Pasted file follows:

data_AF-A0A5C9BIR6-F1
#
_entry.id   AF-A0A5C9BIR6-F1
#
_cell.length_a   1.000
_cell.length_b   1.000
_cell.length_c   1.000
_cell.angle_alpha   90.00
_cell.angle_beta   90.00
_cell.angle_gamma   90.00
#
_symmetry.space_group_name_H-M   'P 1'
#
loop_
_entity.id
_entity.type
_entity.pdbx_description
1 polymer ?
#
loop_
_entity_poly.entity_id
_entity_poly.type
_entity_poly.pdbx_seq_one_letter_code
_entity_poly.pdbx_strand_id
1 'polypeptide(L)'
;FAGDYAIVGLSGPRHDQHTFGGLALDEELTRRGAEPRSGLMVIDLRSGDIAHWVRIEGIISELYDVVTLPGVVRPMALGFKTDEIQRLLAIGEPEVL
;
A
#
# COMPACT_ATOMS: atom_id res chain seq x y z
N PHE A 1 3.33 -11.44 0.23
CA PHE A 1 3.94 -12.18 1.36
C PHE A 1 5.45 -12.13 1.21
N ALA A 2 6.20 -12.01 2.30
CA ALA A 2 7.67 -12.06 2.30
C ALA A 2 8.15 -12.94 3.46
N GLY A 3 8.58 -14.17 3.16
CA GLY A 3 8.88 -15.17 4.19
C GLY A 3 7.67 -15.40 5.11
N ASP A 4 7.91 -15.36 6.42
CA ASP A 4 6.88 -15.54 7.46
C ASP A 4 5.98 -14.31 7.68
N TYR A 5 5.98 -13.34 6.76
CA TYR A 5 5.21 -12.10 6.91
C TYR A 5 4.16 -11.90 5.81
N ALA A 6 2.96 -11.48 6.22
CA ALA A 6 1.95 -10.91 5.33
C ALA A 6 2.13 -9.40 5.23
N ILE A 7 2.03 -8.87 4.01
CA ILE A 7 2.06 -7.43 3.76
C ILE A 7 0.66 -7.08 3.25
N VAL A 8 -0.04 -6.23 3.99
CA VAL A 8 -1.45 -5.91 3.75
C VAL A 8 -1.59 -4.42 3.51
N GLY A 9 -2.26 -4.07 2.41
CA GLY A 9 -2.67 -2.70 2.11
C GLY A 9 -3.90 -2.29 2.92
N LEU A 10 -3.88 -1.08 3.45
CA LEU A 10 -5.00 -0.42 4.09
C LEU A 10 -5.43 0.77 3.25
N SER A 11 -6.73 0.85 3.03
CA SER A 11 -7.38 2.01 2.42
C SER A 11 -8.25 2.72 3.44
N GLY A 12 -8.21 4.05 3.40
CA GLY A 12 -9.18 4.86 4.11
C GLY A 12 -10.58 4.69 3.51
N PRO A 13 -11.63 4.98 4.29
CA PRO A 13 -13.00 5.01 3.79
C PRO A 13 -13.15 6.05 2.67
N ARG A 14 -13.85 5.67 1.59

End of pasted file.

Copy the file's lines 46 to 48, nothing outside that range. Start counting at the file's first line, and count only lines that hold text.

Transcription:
N ALA A 6 2.96 -11.48 6.22
CA ALA A 6 1.95 -10.91 5.33
C ALA A 6 2.13 -9.40 5.23